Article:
“Because of climate change and population growth, developing countries are now pressured to increase agricultural productivity by utilizing climate change adaptive crops like rice,” said Enock Chikava, the Interim Director of Agriculture Development at the Bill and Melinda Gates Foundation. “Some high-yield modern varieties are still vulnerable to inclement weather, pests and disease.”

A Chinese expert from Chinese Academy of Agricultural Sciences and Nigerian farmers test new GSR rice varieties (Photo by Gates Foundation)

“Rice farmers and smallholders in Africa increasingly face declining yields due to climate-related stress and biotic and abiotic factors. Gates Foundation in partnership with Chinese Academy of Agricultural SciencesConsortium of International Agricultural Research Centers (CGIAR), Senegalese Institute of Research and Agriculture and International Rice Research Institute through innovative and precision breeding tools, have developed GRS varieties to address yield reduction and yield stagnation.” said Dr.Omar Faye, the director of Senegalese Institute of Research and Agriculture.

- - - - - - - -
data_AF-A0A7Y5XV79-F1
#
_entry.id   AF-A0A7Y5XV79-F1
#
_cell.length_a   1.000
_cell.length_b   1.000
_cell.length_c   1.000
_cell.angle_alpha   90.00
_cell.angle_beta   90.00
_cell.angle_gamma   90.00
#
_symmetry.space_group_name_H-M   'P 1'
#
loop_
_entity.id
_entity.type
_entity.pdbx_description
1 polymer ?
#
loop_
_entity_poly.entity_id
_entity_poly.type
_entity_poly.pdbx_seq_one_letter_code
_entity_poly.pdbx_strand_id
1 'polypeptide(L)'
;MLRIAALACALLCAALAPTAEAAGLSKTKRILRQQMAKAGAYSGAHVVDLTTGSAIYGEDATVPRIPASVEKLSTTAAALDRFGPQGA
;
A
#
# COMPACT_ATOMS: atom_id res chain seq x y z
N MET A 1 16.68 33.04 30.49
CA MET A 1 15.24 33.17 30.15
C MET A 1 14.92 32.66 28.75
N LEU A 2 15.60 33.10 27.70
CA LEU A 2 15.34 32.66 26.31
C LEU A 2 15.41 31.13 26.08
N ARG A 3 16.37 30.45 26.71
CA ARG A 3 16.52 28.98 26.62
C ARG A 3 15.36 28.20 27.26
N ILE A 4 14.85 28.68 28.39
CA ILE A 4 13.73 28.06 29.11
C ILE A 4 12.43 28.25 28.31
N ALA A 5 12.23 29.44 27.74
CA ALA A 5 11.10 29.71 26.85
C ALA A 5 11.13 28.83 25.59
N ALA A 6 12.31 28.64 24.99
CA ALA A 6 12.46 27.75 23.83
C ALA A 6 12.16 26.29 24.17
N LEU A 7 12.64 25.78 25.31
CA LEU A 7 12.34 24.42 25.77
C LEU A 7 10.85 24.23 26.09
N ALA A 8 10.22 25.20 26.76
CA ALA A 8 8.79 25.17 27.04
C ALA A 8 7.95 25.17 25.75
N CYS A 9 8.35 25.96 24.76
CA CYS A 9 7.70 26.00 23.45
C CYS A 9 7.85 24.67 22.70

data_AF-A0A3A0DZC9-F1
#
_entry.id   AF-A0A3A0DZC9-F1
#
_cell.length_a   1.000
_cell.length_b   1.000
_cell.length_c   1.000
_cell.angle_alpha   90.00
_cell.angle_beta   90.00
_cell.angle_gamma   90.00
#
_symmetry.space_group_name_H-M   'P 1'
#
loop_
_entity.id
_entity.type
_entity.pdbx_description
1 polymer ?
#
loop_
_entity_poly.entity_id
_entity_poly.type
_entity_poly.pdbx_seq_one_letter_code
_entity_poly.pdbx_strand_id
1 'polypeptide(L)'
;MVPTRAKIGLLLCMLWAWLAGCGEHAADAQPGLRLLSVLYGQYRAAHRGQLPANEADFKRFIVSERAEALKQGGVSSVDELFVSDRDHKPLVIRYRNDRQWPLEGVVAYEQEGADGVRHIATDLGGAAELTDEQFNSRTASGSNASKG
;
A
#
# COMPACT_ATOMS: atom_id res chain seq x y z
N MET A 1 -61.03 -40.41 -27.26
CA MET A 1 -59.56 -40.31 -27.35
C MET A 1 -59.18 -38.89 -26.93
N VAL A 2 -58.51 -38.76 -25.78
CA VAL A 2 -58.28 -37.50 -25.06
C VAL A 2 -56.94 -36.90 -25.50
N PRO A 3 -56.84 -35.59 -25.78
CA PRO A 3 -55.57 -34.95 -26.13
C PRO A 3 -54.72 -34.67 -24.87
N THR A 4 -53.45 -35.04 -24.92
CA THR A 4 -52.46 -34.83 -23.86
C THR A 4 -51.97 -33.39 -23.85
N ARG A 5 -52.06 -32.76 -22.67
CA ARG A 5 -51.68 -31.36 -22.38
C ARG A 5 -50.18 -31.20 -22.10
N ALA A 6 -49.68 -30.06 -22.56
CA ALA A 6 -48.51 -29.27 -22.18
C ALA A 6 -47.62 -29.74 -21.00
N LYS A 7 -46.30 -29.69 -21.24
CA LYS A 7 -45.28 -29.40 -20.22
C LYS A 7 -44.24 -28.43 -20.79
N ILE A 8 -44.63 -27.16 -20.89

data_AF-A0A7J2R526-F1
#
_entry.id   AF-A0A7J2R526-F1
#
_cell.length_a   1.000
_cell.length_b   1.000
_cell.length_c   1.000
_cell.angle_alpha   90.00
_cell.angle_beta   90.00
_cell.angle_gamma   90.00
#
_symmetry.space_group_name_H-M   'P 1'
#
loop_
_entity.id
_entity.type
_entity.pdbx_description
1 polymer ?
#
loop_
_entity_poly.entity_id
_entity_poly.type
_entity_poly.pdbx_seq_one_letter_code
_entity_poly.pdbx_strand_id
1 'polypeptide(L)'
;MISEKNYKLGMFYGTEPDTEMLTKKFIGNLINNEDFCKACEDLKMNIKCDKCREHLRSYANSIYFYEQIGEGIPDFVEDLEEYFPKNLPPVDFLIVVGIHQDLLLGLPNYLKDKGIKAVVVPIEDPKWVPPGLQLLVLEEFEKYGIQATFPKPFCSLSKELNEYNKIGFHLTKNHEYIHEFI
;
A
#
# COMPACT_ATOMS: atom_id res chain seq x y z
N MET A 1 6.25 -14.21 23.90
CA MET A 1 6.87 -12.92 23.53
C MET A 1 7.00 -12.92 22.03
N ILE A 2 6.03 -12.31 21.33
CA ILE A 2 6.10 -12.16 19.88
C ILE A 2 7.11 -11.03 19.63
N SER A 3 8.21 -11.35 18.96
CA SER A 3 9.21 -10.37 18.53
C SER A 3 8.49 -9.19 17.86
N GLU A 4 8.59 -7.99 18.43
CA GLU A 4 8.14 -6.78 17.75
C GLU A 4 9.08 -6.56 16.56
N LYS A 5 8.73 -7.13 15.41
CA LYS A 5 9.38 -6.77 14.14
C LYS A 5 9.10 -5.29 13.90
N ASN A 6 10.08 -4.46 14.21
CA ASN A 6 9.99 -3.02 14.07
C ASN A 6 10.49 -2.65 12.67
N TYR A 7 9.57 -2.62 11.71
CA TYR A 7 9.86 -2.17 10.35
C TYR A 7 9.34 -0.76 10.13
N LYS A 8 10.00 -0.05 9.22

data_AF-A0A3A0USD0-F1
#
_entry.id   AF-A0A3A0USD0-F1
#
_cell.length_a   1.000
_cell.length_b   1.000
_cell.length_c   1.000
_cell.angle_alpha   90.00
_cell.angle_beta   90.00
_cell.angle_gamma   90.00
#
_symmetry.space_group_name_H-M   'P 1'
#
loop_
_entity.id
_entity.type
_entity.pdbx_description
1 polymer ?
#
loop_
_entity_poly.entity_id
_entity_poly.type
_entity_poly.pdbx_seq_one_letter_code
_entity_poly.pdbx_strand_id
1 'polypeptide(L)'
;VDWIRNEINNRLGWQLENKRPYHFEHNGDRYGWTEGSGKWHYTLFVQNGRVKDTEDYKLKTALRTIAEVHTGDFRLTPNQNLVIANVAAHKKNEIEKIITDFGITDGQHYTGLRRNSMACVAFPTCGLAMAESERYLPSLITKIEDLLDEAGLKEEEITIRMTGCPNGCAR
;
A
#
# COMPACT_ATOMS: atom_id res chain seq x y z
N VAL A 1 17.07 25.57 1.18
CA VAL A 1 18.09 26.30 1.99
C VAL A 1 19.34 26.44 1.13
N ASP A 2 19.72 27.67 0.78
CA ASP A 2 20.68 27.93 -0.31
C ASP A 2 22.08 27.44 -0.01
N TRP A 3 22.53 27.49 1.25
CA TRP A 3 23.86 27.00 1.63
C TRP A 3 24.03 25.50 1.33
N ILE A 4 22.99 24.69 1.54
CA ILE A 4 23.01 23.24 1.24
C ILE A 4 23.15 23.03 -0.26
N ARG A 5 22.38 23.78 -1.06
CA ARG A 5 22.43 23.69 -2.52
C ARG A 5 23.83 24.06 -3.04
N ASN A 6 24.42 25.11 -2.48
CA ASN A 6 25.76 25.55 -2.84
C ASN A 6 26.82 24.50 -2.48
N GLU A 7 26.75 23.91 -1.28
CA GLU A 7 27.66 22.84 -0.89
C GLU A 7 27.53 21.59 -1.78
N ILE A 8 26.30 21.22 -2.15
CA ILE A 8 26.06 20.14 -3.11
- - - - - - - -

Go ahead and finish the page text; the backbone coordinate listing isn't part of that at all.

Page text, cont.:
Faye explained that GSR varieties are superior rice varieties that can produce high and stable yields under fewer inputs. They require fewer chemical fertilizers, pesticides and water, and are more tolerant to pests, diseases, drought, salinity changes, submergence and other abiotic or biotic stresses.

“Research and adoption of GRS varieties aim to help tackle the global burden of increasing populations, food production and farmer incomes with its 20% increase in yield across varying challenging growing conditions. The GSR project has successfully bred 78 varieties of GSR for 18 target countries across Asia and Africa. Since the project launch, over 6.12 million hectares have been used to grow GSR across the two continents with the hopes of supporting 30 million resource-deprived smallholder farmers.” said Faye.

A Green Super Rice farm in Senegal (Photo by Dr. Omar)

Target countries in Africa include Rwanda, Uganda, Senegal, Mali and Nigeria. “In Nigeria, the project cultivated two varieties of rice at four demonstration sites during the 2022 dry season. Despite facing significant challenges from COVID-19 and political instability, these rice varieties yielded approximately 30% and 50% more than the popular local varieties. Subsequent local production trials of both new varieties also yielded positive results.” said Faye.